When you want to sleep, but it feels like your legs want to dance, there’s a problem. And the problem has a name: restless leg syndrome (RLS).
Mild RLS symptoms are reported by 5 percent to 15 percent of the total American population, according to Dr. Ghazala Hayat , a SLUCare neurologist and professor of neurology and psychiatry at Saint Louis University School of Medicine. Severe symptoms may occur in about 3 percent to 7 percent of the general population, she adds.
“Patients who have mild RLS may experience a creepy, crawly sensation, usually at night,” Hayat says. “In many cases, if the patient walks or moves her legs for a while, the symptoms subside. But for people who have more severe RLS, the condition interferes with sleep and may be present during the day as well.”
Hayat adds that although it is not always necessary, some patients benefit from an overnight sleep study to determine the extent of periodic limb movement during the night. “This is real,” she says. “There’s no known way to prevent it, but there is some evidence that iron deficiency may be related to RLS, and some medications may aggravate the condition. Also, other medical conditions, such as kidney disease, have been related to RLS, so it’s important to talk with your doctor about your specific situation.”
Recent research indicates that RLS may worsen cardiovascular disease, says Dr. Oscar Schwartz, medical director of the Sleep Disorders Center at Barnes-Jewish Hospital West County. He notes that treatment includes the elimination of things known to aggravate RLS, including antihistamines, caffeine and some types of herbal supplements. “Alcohol may also adversely affect the problem,” he says.
Schwartz recommends supplementing your diet with iron, vitamin B12 or folate, “which is helpful, especially if there is not a balanced diet or if there is a deficiency detected.” He also suggests engaging in activities that help distract from the symptoms.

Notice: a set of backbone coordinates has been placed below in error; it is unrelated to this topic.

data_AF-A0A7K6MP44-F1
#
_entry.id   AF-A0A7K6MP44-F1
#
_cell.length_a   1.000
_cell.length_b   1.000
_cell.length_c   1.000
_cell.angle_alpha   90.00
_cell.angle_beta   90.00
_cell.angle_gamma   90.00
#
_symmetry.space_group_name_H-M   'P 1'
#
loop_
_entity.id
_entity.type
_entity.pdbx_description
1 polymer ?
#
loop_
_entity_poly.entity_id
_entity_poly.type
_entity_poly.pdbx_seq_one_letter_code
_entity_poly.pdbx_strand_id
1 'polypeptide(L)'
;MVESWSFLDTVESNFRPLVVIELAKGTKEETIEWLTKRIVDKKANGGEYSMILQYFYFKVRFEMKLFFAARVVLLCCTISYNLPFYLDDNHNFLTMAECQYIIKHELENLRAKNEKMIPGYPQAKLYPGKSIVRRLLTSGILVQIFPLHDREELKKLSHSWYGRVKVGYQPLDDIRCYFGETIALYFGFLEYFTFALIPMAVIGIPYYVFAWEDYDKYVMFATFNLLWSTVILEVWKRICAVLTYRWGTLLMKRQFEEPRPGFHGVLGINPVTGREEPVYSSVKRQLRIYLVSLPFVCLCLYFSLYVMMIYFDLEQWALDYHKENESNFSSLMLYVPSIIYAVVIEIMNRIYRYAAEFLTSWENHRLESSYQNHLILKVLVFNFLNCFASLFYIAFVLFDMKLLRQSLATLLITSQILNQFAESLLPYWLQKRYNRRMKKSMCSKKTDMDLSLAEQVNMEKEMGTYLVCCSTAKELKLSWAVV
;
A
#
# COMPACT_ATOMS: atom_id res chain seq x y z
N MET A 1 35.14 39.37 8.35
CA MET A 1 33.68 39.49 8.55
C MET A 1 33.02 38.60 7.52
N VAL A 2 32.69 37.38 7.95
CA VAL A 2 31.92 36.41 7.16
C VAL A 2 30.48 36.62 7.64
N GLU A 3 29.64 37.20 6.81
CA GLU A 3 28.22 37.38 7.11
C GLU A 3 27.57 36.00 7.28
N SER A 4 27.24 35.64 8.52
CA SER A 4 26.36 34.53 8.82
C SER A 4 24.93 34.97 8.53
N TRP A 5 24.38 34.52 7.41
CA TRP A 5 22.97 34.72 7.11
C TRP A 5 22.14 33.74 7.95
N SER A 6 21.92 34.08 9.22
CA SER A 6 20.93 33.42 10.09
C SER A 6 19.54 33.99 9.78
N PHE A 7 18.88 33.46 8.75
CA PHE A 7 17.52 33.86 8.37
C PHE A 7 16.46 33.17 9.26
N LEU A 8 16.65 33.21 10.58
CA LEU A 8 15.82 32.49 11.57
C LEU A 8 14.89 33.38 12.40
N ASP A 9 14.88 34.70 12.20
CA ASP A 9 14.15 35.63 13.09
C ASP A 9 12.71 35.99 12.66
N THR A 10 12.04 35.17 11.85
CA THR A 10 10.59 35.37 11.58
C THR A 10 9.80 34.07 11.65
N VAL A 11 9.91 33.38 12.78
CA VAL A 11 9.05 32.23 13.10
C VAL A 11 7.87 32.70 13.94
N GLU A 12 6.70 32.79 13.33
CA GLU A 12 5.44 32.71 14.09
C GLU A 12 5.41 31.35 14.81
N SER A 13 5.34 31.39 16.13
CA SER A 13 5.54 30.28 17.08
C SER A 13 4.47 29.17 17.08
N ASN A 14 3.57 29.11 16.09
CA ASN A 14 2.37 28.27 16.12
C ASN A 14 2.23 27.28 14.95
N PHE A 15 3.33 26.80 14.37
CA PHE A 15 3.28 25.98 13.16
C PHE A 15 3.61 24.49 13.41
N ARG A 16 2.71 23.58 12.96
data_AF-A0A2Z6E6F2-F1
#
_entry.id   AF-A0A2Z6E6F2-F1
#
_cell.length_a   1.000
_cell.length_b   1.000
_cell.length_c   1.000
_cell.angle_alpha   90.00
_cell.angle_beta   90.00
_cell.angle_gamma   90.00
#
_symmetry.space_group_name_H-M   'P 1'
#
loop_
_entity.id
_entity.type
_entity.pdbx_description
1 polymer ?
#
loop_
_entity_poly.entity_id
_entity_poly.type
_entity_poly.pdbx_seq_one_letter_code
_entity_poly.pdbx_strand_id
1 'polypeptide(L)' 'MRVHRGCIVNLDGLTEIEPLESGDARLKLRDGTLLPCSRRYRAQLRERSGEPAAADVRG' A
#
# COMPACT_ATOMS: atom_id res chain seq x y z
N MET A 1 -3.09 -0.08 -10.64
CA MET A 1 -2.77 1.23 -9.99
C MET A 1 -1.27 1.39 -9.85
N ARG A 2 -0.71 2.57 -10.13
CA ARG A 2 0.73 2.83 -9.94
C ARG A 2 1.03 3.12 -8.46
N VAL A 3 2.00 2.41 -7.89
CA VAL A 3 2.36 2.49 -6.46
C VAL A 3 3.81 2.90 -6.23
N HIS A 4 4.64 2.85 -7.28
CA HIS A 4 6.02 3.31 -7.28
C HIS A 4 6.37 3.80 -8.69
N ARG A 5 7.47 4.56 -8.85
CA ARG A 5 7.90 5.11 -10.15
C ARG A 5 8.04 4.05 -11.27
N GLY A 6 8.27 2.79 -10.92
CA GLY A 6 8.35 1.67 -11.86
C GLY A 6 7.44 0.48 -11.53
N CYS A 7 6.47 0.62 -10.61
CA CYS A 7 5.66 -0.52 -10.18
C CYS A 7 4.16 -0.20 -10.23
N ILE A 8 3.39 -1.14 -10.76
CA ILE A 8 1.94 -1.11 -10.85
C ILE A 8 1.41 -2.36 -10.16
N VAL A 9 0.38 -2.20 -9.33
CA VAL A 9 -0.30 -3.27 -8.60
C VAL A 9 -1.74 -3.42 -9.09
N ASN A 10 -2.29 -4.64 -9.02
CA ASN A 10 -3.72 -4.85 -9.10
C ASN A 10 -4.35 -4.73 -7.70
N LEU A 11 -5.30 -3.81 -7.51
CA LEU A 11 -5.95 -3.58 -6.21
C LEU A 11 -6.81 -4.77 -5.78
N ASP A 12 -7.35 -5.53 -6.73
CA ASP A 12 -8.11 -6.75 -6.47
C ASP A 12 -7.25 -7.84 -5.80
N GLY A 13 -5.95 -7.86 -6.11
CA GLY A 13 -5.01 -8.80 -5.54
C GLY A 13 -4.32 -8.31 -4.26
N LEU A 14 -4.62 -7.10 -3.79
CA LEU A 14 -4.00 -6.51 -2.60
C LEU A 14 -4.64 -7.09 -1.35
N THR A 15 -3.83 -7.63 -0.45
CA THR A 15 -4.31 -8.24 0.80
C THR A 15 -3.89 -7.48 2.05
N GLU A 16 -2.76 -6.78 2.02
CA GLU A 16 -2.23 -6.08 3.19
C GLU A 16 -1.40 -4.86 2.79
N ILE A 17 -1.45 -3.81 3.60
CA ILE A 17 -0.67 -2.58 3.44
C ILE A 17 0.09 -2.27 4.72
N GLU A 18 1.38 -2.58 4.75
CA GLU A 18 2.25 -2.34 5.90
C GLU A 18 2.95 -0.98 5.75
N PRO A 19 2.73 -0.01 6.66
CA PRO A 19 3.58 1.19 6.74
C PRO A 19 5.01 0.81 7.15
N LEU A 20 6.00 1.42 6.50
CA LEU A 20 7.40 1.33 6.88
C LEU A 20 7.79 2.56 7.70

However, for some patients, lifestyle and dietary changes alone are not enough. Drug treatment options fit into four categories: dopaminergic agents, sedatives, anticonvulsant drugs and pain relievers. “The ones on TV, Requip and Mirapex, have recently been approved for treatment but have been used off-label for years,” Schwartz says. “Carbidopa, levodopa or Sinemet have been used, but drugs in this category of dopaminergic drugs may even augment the disorder by making the symptoms worse.”
Whether lifestyle changes, medications or a combination of treatments are needed, Schwartz says people should be aware that help is available. He directs many patients to the Restless Leg Syndrome Foundation (www.rls.org) and other support groups for people who have RLS.
“Treatment options should be tailored to each individual,” he says. “There are many safe and inexpensive options available.” So indulge in a hot bath before bed or ask your partner to massage your legs, two simple techniques that have been known to help control symptoms. And talk with your primary care physician to ward off those late-night dancing sessions.